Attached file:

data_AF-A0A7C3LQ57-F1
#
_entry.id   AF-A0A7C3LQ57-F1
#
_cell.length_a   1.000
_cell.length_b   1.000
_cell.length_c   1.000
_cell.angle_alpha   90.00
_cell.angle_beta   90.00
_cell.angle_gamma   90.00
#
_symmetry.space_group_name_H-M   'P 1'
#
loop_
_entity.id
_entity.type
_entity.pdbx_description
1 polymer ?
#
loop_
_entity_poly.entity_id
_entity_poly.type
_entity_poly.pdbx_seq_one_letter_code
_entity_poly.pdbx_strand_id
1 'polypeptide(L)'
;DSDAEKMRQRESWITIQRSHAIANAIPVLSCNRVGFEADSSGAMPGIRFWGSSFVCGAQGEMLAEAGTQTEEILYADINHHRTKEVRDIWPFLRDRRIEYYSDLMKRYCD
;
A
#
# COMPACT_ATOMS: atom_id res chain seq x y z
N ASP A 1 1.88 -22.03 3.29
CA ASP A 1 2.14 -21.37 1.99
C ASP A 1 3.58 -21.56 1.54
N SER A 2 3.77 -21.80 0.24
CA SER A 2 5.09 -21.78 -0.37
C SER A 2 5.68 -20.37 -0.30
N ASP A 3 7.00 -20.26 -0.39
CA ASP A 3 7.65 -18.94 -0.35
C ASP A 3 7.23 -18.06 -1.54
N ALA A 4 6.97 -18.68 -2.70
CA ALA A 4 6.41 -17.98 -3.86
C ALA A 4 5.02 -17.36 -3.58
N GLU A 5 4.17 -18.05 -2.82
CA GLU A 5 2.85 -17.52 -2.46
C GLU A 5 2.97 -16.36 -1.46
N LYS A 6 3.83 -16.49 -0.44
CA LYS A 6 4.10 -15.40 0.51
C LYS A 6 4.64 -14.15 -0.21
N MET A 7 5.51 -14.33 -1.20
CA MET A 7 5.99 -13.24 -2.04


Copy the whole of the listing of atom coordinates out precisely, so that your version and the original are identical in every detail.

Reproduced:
data_AF-A0A7C3LQ57-F1
#
_entry.id   AF-A0A7C3LQ57-F1
#
_cell.length_a   1.000
_cell.length_b   1.000
_cell.length_c   1.000
_cell.angle_alpha   90.00
_cell.angle_beta   90.00
_cell.angle_gamma   90.00
#
_symmetry.space_group_name_H-M   'P 1'
#
loop_
_entity.id
_entity.type
_entity.pdbx_description
1 polymer ?
#
loop_
_entity_poly.entity_id
_entity_poly.type
_entity_poly.pdbx_seq_one_letter_code
_entity_poly.pdbx_strand_id
1 'polypeptide(L)'
;DSDAEKMRQRESWITIQRSHAIANAIPVLSCNRVGFEADSSGAMPGIRFWGSSFVCGAQGEMLAEAGTQTEEILYADINHHRTKEVRDIWPFLRDRRIEYYSDLMKRYCD
;
A
#
# COMPACT_ATOMS: atom_id res chain seq x y z
N ASP A 1 1.88 -22.03 3.29
CA ASP A 1 2.14 -21.37 1.99
C ASP A 1 3.58 -21.56 1.54
N SER A 2 3.77 -21.80 0.24
CA SER A 2 5.09 -21.78 -0.37
C SER A 2 5.68 -20.37 -0.30
N ASP A 3 7.00 -20.26 -0.39
CA ASP A 3 7.65 -18.94 -0.35
C ASP A 3 7.23 -18.06 -1.54
N ALA A 4 6.97 -18.68 -2.70
CA ALA A 4 6.41 -17.98 -3.86
C ALA A 4 5.02 -17.36 -3.58
N GLU A 5 4.17 -18.05 -2.82
CA GLU A 5 2.85 -17.52 -2.46
C GLU A 5 2.97 -16.36 -1.46
N LYS A 6 3.83 -16.49 -0.44
CA LYS A 6 4.10 -15.40 0.51
C LYS A 6 4.64 -14.15 -0.21
N MET A 7 5.51 -14.33 -1.20
CA MET A 7 5.99 -13.24 -2.04